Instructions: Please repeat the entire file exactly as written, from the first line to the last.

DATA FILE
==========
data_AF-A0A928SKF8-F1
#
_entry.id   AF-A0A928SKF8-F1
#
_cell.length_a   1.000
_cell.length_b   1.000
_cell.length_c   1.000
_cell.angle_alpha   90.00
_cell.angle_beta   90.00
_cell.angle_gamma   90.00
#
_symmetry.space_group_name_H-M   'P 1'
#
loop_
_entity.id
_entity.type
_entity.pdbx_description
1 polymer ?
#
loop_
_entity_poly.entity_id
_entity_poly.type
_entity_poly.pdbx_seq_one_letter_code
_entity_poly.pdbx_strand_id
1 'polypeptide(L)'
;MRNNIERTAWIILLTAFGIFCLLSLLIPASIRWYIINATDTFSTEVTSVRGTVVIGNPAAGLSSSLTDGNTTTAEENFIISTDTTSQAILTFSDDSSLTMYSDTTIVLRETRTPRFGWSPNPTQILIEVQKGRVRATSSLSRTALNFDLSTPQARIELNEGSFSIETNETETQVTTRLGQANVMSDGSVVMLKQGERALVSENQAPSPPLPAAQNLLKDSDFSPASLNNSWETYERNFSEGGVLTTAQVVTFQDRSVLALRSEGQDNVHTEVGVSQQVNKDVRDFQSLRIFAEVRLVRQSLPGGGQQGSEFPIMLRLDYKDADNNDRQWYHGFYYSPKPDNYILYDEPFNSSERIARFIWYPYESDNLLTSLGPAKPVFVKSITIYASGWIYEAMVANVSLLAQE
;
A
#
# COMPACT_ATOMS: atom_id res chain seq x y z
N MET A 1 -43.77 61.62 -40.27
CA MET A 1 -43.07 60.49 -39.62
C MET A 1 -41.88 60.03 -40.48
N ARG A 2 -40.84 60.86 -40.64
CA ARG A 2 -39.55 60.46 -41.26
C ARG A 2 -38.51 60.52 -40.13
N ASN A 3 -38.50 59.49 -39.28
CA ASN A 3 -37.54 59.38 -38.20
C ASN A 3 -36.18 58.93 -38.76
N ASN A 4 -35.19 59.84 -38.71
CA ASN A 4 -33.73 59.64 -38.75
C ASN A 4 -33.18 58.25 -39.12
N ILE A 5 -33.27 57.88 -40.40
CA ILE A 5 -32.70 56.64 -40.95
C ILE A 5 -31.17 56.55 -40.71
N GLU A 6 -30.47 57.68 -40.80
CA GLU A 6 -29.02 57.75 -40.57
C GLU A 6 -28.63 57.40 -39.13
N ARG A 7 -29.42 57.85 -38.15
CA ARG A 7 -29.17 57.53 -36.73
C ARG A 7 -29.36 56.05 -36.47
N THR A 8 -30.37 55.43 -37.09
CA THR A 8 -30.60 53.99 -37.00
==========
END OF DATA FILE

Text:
data_AF-A0A928SKF8-F1
#
_entry.id   AF-A0A928SKF8-F1
#
_cell.length_a   1.000
_cell.length_b   1.000
_cell.length_c   1.000
_cell.angle_alpha   90.00
_cell.angle_beta   90.00
_cell.angle_gamma   90.00
#
_symmetry.space_group_name_H-M   'P 1'
#
loop_
_entity.id
_entity.type
_entity.pdbx_description
1 polymer ?
#
loop_
_entity_poly.entity_id
_entity_poly.type
_entity_poly.pdbx_seq_one_letter_code
_entity_poly.pdbx_strand_id
1 'polypeptide(L)'
;MRNNIERTAWIILLTAFGIFCLLSLLIPASIRWYIINATDTFSTEVTSVRGTVVIGNPAAGLSSSLTDGNTTTAEENFIISTDTTSQAILTFSDDSSLTMYSDTTIVLRETRTPRFGWSPNPTQILIEVQKGRVRATSSLSRTALNFDLSTPQARIELNEGSFSIETNETETQVTTRLGQANVMSDGSVVMLKQGERALVSENQAPSPPLPAAQNLLKDSDFSPASLNNSWETYERNFSEGGVLTTAQVVTFQDRSVLALRSEGQDNVHTEVGVSQQVNKDVRDFQSLRIFAEVRLVRQSLPGGGQQGSEFPIMLRLDYKDADNNDRQWYHGFYYSPKPDNYILYDEPFNSSERIARFIWYPYESDNLLTSLGPAKPVFVKSITIYASGWIYEAMVANVSLLAQE
;
A
#
# COMPACT_ATOMS: atom_id res chain seq x y z
N MET A 1 -43.77 61.62 -40.27
CA MET A 1 -43.07 60.49 -39.62
C MET A 1 -41.88 60.03 -40.48
N ARG A 2 -40.84 60.86 -40.64
CA ARG A 2 -39.55 60.46 -41.26
C ARG A 2 -38.51 60.52 -40.13
N ASN A 3 -38.50 59.49 -39.28
CA ASN A 3 -37.54 59.38 -38.20
C ASN A 3 -36.18 58.93 -38.76
N ASN A 4 -35.19 59.84 -38.71
CA ASN A 4 -33.73 59.64 -38.75
C ASN A 4 -33.18 58.25 -39.12
N ILE A 5 -33.27 57.88 -40.40
CA ILE A 5 -32.70 56.64 -40.95
C ILE A 5 -31.17 56.55 -40.71
N GLU A 6 -30.47 57.68 -40.80
CA GLU A 6 -29.02 57.75 -40.57
C GLU A 6 -28.63 57.40 -39.13
N ARG A 7 -29.42 57.85 -38.15
CA ARG A 7 -29.17 57.53 -36.73
C ARG A 7 -29.36 56.05 -36.47
N THR A 8 -30.37 55.43 -37.09
CA THR A 8 -30.60 53.99 -37.00